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Listen to Your Heart

Sometimes if we listen from our heart we may feel things we need to see. Have you ever heard someone say, “He’s got a big heart” or “My heart just isn’t in this” or “This just feels right”?

There’s some truth to listening to our body. For the most part we can trust the subtle instincts or intuition that has evolved over time. These kinds of phrases help us deal with life.

Sometimes people say that we can't trust our heart or the sensations within us. Should we ignore a tight feeling in our chest or the opposite when we feel the need to relax? Should we ignore the feelings when we deeply care for someone. Shall we only listen to the “facts” and not trust what our heart is telling us? Should we ignore these feelings and be more rational? If we beat down these feelings that seem to be coming from our heart are we going to regret it later on?

Through evolution we have gained the ability to be both rational and to use our intuition which comes from our experience of learning and inner wisdom. One writer says that instinct or feelings that seem to come from our heart are like “God whispering in our ear” or as another writer puts it, “It’s like truth on a silver platter”.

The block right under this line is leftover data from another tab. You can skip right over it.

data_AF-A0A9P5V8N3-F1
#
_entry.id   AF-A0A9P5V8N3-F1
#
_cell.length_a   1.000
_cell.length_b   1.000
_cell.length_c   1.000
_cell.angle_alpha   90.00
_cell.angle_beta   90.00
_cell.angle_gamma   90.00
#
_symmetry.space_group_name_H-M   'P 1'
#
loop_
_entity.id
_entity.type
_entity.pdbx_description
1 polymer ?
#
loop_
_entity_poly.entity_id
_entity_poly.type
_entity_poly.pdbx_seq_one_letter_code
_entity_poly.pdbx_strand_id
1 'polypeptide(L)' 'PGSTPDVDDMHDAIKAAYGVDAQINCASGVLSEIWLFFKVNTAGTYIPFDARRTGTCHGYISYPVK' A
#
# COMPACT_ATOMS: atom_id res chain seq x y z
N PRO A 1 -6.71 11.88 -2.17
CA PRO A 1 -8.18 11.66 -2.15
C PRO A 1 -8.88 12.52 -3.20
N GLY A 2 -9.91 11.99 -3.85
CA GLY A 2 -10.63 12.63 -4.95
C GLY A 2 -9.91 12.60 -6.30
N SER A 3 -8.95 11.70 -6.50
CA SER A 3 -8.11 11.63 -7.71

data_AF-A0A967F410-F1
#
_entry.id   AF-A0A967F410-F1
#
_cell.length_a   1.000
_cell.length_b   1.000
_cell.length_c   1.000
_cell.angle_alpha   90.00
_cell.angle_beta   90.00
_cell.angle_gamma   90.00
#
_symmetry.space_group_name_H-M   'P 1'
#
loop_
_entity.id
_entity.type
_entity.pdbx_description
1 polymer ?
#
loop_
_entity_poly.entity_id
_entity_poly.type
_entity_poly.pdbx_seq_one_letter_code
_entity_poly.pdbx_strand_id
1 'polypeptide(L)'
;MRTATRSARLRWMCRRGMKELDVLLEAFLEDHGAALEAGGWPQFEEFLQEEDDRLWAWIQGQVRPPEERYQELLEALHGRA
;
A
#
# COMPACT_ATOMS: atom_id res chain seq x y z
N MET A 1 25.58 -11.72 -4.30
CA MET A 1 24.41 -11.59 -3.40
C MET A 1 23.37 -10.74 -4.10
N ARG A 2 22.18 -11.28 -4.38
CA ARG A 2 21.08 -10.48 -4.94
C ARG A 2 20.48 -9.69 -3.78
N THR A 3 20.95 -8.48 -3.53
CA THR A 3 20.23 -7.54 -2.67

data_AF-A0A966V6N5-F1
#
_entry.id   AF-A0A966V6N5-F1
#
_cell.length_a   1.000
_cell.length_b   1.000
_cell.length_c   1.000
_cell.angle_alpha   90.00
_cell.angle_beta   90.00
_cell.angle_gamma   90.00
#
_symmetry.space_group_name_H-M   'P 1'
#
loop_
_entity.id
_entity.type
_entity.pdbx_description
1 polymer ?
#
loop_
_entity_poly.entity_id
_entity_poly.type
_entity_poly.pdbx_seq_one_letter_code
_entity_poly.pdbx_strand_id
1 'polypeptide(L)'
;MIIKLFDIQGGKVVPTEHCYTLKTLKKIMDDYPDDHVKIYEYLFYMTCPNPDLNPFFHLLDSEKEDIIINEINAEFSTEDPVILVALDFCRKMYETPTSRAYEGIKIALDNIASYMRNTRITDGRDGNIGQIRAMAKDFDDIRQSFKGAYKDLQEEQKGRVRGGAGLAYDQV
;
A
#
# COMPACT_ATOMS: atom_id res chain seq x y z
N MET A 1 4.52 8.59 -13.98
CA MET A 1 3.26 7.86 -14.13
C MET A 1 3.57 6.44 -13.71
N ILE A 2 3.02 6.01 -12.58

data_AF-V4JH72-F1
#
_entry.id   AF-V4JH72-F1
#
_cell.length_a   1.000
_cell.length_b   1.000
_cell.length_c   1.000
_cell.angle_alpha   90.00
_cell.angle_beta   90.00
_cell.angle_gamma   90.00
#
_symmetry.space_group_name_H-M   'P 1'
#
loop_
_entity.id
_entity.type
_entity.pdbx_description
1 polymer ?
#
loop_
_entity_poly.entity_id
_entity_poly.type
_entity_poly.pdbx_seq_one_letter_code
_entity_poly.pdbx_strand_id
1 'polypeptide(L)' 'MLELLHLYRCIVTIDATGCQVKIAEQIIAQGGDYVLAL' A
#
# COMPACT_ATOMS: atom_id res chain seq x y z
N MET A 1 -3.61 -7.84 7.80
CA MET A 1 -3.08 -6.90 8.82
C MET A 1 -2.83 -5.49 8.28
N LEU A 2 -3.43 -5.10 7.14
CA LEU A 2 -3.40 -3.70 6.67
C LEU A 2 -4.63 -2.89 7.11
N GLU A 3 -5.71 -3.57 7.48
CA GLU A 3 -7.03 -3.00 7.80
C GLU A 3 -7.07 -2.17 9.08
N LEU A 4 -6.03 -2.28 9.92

When we trust our heart we can feel more deeply centered and open ourselves to listening more to physiological signals. We can gain a deeper trust in knowing our heart is in line with what is right for each of us in this life, and make better choices that are uniquely aligned with our true-selves.

If it’s important to you, it’s important, period.

About the Author

For over 20 years, John Cane has helped over 100,000 individuals in areas of Self Improvement. John is a Certified Integrated Wellness Coach (Mind, Body, and Spirit), motivational speaker, and writer. John has six certifications in Personal Growth and Development. His Journal Books, ‘Important Things I Remember from My Parents’ are used in schools and as an aid for adults in gaining strength in self-identity in the United States and Europe. John is currently pursuing his Doctoral Degree in Psychology & Interdisciplinary Inquiry at Saybrook University, Oakland, California.

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